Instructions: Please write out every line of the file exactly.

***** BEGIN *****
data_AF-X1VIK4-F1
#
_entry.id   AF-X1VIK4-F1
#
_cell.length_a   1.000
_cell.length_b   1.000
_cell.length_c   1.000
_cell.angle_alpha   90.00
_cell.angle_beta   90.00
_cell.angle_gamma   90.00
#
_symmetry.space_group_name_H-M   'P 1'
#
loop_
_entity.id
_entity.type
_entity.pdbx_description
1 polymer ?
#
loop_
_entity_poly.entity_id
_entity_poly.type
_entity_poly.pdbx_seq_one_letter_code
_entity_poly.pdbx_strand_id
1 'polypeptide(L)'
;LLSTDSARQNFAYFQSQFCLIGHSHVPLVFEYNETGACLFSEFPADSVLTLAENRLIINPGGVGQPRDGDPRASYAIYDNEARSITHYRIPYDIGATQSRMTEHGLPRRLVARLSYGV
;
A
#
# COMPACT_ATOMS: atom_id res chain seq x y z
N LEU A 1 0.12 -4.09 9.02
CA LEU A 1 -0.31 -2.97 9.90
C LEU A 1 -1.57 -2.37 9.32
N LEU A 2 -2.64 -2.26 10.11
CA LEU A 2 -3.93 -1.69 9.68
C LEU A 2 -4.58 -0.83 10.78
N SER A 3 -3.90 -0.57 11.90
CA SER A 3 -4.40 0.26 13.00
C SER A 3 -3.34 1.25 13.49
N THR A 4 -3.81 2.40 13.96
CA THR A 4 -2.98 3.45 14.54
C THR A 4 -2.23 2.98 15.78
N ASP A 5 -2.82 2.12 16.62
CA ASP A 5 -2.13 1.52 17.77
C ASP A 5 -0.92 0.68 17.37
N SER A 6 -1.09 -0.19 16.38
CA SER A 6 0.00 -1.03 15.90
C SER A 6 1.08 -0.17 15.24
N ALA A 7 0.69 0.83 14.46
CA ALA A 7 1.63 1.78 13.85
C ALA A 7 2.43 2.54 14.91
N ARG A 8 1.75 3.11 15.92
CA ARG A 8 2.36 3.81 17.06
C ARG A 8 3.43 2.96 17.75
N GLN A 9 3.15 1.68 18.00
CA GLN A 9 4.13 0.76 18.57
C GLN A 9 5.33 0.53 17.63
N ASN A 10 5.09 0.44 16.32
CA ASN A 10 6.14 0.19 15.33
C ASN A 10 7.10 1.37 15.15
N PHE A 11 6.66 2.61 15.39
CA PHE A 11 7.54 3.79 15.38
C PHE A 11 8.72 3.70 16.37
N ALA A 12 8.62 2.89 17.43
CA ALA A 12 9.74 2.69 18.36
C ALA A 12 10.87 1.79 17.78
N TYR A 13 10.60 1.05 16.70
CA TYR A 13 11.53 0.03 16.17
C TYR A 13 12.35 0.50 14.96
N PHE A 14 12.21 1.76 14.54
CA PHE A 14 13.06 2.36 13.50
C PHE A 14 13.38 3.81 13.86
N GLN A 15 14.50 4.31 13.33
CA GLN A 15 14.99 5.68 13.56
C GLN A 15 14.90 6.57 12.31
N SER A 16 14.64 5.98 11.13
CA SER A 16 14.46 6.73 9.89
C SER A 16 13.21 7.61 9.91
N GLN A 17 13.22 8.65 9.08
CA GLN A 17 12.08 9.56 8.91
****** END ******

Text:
data_AF-X1VIK4-F1
#
_entry.id   AF-X1VIK4-F1
#
_cell.length_a   1.000
_cell.length_b   1.000
_cell.length_c   1.000
_cell.angle_alpha   90.00
_cell.angle_beta   90.00
_cell.angle_gamma   90.00
#
_symmetry.space_group_name_H-M   'P 1'
#
loop_
_entity.id
_entity.type
_entity.pdbx_description
1 polymer ?
#
loop_
_entity_poly.entity_id
_entity_poly.type
_entity_poly.pdbx_seq_one_letter_code
_entity_poly.pdbx_strand_id
1 'polypeptide(L)'
;LLSTDSARQNFAYFQSQFCLIGHSHVPLVFEYNETGACLFSEFPADSVLTLAENRLIINPGGVGQPRDGDPRASYAIYDNEARSITHYRIPYDIGATQSRMTEHGLPRRLVARLSYGV
;
A
#
# COMPACT_ATOMS: atom_id res chain seq x y z
N LEU A 1 0.12 -4.09 9.02
CA LEU A 1 -0.31 -2.97 9.90
C LEU A 1 -1.57 -2.37 9.32
N LEU A 2 -2.64 -2.26 10.11
CA LEU A 2 -3.93 -1.69 9.68
C LEU A 2 -4.58 -0.83 10.78
N SER A 3 -3.90 -0.57 11.90
CA SER A 3 -4.40 0.26 13.00
C SER A 3 -3.34 1.25 13.49
N THR A 4 -3.81 2.40 13.96
CA THR A 4 -2.98 3.45 14.54
C THR A 4 -2.23 2.98 15.78
N ASP A 5 -2.82 2.12 16.62
CA ASP A 5 -2.13 1.52 17.77
C ASP A 5 -0.92 0.68 17.37
N SER A 6 -1.09 -0.19 16.38
CA SER A 6 0.00 -1.03 15.90
C SER A 6 1.08 -0.17 15.24
N ALA A 7 0.69 0.83 14.46
CA ALA A 7 1.63 1.78 13.85
C ALA A 7 2.43 2.54 14.91
N ARG A 8 1.75 3.11 15.92
CA ARG A 8 2.36 3.81 17.06
C ARG A 8 3.43 2.96 17.75
N GLN A 9 3.15 1.68 18.00
CA GLN A 9 4.13 0.76 18.57
C GLN A 9 5.33 0.53 17.63
N ASN A 10 5.09 0.44 16.32
CA ASN A 10 6.14 0.19 15.33
C ASN A 10 7.10 1.37 15.15
N PHE A 11 6.66 2.61 15.39
CA PHE A 11 7.54 3.79 15.38
C PHE A 11 8.72 3.70 16.37
N ALA A 12 8.62 2.89 17.43
CA ALA A 12 9.74 2.69 18.36
C ALA A 12 10.87 1.79 17.78
N TYR A 13 10.60 1.05 16.70
CA TYR A 13 11.53 0.03 16.17
C TYR A 13 12.35 0.50 14.96
N PHE A 14 12.21 1.76 14.54
CA PHE A 14 13.06 2.36 13.50
C PHE A 14 13.38 3.81 13.86
N GLN A 15 14.50 4.31 13.33
CA GLN A 15 14.99 5.68 13.56
C GLN A 15 14.90 6.57 12.31
N SER A 16 14.64 5.98 11.13
CA SER A 16 14.46 6.73 9.89
C SER A 16 13.21 7.61 9.91
N GLN A 17 13.22 8.65 9.08
CA GLN A 17 12.08 9.56 8.91